Nov. 29, 2011—
November in Chicago brings me down, down, down.
Lower than Herman Cain’s pants.
Its been that way since I was a teenager. I remember getting up at seven on a mid-November Saturday morning and walking in a dark drizzle to take SAT tests at Naperville Central High School to gain entrance in a college I would never attend. I was too sleepy and confused to take a test. I felt like I was going fishing.
I’ve since tried to travel to sunnier climates in November. Several years ago I salvaged a tricked out tiki bar and had it restored with ambient red lights and bright bamboo to cheer me up on dark November days.
My turntable always comes into play with the tiki bar by spinning companion calypso albums, Hawaiian stuff and early Jimmy Buffett. The other day I reached for the pop, surf and twist of “Chicas! (Spanish Female Singers 1962-74).” The 30-year-old BSR turntable did not turn. I figured the belt was worn out.
I packed up the turntable and took it to my merry friends Ursula and Mitch Lewczuk who own The 20th Century TV & Stereo Center in the north side Ravenswood neighborhood of Chicago. I’ve been a customer since way back in the 20th Century and I love the fact they never bothered to change the name of their store.
Ursula and Mitch are feisty Polish immigrants who opened 20th Century in 1970. They don’t smile much. The store is an American Pickers delight of turntables, beta tapes, reel-to-reel machines and between 10,000 and 15,000 needles. Try to ask them about their 15,000 television and audio tubes in the basement. Ursula is in charge of the needle and cartridge department. She has a master’s degree in electronics from the Technical University of Warsaw in Poland, and her degree from the Triton College Consumer Electronics Program hangs by the front door.
Ursula wasn’t on the scene yet last Saturday morning when I walked in with my broken turntable. This may have accounted for Mitch’s grumpy attitude—-but then again, maybe it was the dark skies and steady rain of a mid-November day in Chicago. Mitch took a look at my turntable and decided it would take him at least five hours to fix it. He said there was a sensitive system of parts that needed to be removed, cleaned and made to feel new again.
It wasn’t worth the time.
Mitch also complained about the city’s signage laws, parking meters and a relative of Channel 11’s Joel Weisman who lugged in a couple of huge beige speakers. Mitch didn’t like the fact he had to take care of two customers at one time. In 20th Century DJ talk that would be a “Twin Spin.” Nevertheless I walked out with a new modestly priced audio-technical turntable.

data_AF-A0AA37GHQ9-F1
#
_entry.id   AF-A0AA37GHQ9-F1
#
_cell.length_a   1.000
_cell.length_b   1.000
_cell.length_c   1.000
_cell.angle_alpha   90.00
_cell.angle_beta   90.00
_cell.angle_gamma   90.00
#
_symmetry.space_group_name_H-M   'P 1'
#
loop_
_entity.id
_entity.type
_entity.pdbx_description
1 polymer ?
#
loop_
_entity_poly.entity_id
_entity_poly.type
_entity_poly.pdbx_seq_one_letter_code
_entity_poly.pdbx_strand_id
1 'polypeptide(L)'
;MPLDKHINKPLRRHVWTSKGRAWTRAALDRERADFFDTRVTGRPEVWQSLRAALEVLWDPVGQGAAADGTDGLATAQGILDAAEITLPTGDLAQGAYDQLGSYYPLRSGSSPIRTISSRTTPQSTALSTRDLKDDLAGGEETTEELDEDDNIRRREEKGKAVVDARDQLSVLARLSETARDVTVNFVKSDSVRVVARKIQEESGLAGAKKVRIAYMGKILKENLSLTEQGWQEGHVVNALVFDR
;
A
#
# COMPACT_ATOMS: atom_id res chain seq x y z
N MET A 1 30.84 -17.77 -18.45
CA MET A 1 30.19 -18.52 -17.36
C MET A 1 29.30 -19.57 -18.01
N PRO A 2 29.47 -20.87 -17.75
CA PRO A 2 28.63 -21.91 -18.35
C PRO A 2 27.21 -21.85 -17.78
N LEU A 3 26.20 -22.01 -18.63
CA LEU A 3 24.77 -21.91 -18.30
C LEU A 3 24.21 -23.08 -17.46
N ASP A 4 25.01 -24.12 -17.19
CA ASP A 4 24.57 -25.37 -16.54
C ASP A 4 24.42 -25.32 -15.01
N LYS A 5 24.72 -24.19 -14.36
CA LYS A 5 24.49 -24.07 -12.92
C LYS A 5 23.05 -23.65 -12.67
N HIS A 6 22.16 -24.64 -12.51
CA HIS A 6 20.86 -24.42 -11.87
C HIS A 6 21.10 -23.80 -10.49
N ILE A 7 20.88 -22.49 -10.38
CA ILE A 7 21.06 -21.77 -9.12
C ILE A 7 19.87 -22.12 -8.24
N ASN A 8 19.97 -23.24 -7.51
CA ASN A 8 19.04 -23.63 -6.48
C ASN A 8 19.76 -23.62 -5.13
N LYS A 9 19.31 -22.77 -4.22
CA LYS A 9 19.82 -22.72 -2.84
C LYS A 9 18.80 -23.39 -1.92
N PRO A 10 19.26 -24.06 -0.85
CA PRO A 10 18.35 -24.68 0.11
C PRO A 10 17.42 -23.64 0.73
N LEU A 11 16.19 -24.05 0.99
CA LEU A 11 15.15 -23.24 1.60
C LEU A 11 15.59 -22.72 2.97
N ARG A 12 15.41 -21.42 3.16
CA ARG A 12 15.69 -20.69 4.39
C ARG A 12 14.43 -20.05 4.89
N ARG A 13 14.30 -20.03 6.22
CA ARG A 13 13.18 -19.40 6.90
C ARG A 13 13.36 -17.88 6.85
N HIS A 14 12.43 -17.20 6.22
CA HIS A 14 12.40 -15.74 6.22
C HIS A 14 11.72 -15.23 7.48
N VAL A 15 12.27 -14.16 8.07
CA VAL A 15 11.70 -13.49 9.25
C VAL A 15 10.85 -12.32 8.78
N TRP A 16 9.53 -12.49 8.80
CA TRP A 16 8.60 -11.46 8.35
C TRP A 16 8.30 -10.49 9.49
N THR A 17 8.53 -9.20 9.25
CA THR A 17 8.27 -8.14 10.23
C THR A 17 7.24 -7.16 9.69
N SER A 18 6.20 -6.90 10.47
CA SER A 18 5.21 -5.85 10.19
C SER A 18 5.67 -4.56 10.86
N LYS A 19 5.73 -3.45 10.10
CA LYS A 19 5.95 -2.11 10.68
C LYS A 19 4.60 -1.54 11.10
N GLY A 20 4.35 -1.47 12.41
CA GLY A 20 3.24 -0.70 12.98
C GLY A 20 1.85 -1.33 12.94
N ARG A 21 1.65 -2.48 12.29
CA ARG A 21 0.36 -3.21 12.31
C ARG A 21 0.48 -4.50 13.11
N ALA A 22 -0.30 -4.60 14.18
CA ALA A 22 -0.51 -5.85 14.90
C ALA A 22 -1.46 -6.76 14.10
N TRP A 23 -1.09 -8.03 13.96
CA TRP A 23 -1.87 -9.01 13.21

I put the turntable in my car and walked around upscale Ravenswood. This is where our feisty Mayor Rahmbo resides and where the security happy mayor has a city camera fixated on his house, according to a weekend report in the New York Times.
Ironically, the 20th Century Stereo Center is only a couple doors down from a typewriter store that recently went out of business. A block west of the vacant store things turn new again. There is a fine elemenatry public school (our Mayor sends his kids to private schools) where neighborhood kids play basketball, read stories with happy endings and write poetry. People work long hours at this school.
It is worth the time.
Across the street from the school there is a corner bakery where I picked up a three-tiered chocolate birthday cake for my 9-year-old nephew, my 90-year-old Mom and my 91-year old father. Now that’s a mouthful. But somehow, for a moment in the brightly lit bakery things seemed new again.
I had not been to Ravenswood in a while. I thought of old friends. The walleye pike at Glenn’s Diner. I remembered when cartoonist Heather McAdams and her husband Chris Ligon ran a thrift store-used record place a few blocks west of Glenn’s down Montrose Avene. Chris always dismissed framed memories and retro movements.
“When we find stuff, it’s absolutely contemporary to us because it’s new and we’re excited about it,” he once told me. “To me, retro means trying to revive something from the past. I don’t think in those terms. When I go out junk shopping and find records, for that brief second it’s a brand new thing in front of me.”
I thought of all this as I waited for the birthday cake. A midde aged black man smiled at me. Maybe he recognized me from that Channel 11 television show on old Baby Boomers that ran over Thanksgiving weekend. Maybe he smiles at birthday cakes. Maybe not.
I strolled back to my car juggling the cake and a large cup of coffee. I drove to Naperville where my parents still live in the house where I couldn’t get out of bed to take my SAT tests. My Dad told his grandson about how refrigeration had the greatest impact on his life and recalled the ice man making home deliveries. My nephew listened with wide eyes and careful attention. Good things are always worth the time.
And new light emerges from those passages.